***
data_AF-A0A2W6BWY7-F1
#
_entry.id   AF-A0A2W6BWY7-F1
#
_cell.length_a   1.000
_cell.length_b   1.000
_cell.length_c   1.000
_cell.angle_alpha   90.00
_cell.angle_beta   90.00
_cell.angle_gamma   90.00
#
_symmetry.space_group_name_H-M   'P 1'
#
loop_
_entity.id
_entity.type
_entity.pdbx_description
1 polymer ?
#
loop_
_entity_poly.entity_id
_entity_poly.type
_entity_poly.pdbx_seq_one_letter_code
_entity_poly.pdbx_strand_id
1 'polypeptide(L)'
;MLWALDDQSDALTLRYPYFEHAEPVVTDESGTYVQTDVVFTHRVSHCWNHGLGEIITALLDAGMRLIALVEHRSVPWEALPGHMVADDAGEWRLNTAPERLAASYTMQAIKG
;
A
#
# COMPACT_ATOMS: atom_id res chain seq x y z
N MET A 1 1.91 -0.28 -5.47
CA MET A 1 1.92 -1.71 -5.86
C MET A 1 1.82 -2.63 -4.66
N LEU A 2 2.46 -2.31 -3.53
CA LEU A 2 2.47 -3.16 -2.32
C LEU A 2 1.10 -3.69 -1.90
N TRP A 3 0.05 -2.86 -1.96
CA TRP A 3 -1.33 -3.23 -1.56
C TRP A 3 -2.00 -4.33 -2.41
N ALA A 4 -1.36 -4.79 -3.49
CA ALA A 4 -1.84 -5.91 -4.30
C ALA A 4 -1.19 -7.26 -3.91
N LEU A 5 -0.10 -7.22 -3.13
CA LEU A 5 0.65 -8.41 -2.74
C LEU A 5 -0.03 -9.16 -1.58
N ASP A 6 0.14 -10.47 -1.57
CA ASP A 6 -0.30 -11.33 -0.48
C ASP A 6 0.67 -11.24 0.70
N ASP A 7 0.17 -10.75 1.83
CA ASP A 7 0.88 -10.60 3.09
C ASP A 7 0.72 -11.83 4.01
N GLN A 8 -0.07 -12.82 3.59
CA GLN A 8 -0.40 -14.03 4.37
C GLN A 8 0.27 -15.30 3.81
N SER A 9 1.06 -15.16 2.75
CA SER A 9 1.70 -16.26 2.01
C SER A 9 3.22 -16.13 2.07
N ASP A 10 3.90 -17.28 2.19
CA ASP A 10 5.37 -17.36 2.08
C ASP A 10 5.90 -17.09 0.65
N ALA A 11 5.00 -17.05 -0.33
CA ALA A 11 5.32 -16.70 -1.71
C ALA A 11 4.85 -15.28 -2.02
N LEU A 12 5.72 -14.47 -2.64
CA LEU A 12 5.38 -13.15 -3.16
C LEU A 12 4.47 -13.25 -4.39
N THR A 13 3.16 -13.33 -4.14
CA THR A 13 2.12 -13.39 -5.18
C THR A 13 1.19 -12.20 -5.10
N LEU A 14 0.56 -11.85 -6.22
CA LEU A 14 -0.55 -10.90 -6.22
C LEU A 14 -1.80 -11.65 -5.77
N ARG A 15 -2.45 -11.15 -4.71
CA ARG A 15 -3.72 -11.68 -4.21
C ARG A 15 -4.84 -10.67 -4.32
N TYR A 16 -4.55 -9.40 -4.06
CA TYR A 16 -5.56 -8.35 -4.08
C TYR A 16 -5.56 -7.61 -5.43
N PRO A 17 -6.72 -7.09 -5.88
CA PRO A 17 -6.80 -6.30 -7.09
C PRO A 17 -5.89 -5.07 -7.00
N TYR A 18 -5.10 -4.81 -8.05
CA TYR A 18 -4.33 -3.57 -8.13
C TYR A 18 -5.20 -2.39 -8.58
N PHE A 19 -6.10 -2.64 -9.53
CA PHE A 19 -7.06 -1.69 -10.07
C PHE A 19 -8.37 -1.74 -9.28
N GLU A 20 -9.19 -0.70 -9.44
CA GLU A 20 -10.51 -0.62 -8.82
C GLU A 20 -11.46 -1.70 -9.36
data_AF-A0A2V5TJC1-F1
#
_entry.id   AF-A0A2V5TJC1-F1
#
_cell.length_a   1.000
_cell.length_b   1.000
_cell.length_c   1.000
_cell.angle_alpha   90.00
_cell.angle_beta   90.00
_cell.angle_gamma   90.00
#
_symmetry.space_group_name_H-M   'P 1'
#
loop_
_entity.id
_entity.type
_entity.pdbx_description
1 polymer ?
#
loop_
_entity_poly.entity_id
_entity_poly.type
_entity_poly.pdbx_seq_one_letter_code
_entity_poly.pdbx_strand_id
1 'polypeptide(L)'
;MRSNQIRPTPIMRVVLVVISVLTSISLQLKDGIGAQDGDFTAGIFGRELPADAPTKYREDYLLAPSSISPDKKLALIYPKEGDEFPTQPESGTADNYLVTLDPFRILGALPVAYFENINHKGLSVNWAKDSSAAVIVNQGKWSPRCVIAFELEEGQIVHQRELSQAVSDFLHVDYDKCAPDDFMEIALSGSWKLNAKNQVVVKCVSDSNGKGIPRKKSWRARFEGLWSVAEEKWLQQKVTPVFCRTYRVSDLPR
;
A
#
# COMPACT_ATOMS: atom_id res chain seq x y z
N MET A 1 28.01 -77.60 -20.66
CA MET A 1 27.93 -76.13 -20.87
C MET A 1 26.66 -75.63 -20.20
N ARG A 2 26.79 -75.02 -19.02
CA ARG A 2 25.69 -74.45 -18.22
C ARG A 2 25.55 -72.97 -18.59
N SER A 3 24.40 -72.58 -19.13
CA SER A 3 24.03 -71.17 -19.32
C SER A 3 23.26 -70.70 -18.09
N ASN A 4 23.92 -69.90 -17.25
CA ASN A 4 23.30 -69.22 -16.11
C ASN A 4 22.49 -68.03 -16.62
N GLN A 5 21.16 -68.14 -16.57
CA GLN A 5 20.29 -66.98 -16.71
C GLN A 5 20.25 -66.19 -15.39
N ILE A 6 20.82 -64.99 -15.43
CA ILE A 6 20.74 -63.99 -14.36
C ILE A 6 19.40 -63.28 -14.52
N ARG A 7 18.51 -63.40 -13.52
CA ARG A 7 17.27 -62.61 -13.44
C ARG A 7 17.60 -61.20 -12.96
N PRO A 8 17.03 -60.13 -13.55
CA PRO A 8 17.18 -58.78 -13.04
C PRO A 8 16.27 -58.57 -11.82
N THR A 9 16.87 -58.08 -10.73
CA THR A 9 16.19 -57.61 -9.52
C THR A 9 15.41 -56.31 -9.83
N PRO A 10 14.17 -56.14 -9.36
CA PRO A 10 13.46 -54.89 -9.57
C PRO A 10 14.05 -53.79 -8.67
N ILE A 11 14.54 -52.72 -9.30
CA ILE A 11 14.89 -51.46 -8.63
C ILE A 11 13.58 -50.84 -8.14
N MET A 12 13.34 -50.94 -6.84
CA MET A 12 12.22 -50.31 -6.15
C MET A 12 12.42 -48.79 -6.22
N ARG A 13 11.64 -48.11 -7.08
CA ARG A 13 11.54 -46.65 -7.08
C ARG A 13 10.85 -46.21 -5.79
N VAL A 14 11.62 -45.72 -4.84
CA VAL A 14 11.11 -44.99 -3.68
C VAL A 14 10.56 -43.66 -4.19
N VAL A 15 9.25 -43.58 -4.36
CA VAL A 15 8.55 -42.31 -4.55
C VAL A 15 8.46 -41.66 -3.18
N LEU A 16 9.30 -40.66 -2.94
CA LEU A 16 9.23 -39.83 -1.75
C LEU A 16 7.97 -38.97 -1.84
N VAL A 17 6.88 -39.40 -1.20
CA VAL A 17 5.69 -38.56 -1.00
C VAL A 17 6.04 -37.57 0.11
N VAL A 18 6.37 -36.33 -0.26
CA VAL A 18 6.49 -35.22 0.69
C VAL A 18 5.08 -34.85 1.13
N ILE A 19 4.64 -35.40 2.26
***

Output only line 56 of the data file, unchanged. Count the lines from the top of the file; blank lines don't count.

CA SER A 9 1.70 -16.26 2.01